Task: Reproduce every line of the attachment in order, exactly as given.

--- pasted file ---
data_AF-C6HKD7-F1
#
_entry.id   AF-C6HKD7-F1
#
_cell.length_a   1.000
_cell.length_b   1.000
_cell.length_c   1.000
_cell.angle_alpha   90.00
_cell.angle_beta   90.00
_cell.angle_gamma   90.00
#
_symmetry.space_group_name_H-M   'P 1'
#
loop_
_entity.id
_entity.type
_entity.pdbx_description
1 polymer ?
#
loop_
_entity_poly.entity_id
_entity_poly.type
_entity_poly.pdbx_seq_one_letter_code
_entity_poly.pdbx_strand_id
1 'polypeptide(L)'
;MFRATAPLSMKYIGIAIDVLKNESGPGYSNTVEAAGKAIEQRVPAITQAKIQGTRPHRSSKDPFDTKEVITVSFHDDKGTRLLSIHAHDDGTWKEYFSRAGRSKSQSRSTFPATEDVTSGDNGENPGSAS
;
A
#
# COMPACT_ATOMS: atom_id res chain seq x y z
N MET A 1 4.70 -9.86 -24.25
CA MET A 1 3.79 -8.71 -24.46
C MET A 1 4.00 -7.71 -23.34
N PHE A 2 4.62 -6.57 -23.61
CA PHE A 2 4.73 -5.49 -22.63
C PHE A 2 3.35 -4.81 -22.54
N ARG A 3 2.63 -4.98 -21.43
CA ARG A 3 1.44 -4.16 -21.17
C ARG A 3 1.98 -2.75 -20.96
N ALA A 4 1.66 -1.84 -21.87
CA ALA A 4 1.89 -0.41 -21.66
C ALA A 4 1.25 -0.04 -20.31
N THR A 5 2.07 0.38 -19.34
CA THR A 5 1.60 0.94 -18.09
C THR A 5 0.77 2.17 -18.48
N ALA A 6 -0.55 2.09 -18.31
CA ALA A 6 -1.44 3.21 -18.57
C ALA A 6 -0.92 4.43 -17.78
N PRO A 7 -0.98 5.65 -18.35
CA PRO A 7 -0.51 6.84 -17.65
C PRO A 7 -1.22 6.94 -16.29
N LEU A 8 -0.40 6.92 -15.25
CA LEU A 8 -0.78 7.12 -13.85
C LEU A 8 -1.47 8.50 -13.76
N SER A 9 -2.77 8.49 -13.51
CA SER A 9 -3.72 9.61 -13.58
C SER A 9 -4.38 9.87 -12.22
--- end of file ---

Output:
data_AF-C6HKD7-F1
#
_entry.id   AF-C6HKD7-F1
#
_cell.length_a   1.000
_cell.length_b   1.000
_cell.length_c   1.000
_cell.angle_alpha   90.00
_cell.angle_beta   90.00
_cell.angle_gamma   90.00
#
_symmetry.space_group_name_H-M   'P 1'
#
loop_
_entity.id
_entity.type
_entity.pdbx_description
1 polymer ?
#
loop_
_entity_poly.entity_id
_entity_poly.type
_entity_poly.pdbx_seq_one_letter_code
_entity_poly.pdbx_strand_id
1 'polypeptide(L)'
;MFRATAPLSMKYIGIAIDVLKNESGPGYSNTVEAAGKAIEQRVPAITQAKIQGTRPHRSSKDPFDTKEVITVSFHDDKGTRLLSIHAHDDGTWKEYFSRAGRSKSQSRSTFPATEDVTSGDNGENPGSAS
;
A
#
# COMPACT_ATOMS: atom_id res chain seq x y z
N MET A 1 4.70 -9.86 -24.25
CA MET A 1 3.79 -8.71 -24.46
C MET A 1 4.00 -7.71 -23.34
N PHE A 2 4.62 -6.57 -23.61
CA PHE A 2 4.73 -5.49 -22.63
C PHE A 2 3.35 -4.81 -22.54
N ARG A 3 2.63 -4.98 -21.43
CA ARG A 3 1.44 -4.16 -21.17
C ARG A 3 1.98 -2.75 -20.96
N ALA A 4 1.66 -1.84 -21.87
CA ALA A 4 1.89 -0.41 -21.66
C ALA A 4 1.25 -0.04 -20.31
N THR A 5 2.07 0.38 -19.34
CA THR A 5 1.60 0.94 -18.09
C THR A 5 0.77 2.17 -18.48
N ALA A 6 -0.55 2.09 -18.31
CA ALA A 6 -1.44 3.21 -18.57
C ALA A 6 -0.92 4.43 -17.78
N PRO A 7 -0.98 5.65 -18.35
CA PRO A 7 -0.51 6.84 -17.65
C PRO A 7 -1.22 6.94 -16.29
N LEU A 8 -0.40 6.92 -15.25
CA LEU A 8 -0.78 7.12 -13.85
C LEU A 8 -1.47 8.50 -13.76
N SER A 9 -2.77 8.49 -13.51
CA SER A 9 -3.72 9.61 -13.58
C SER A 9 -4.38 9.87 -12.22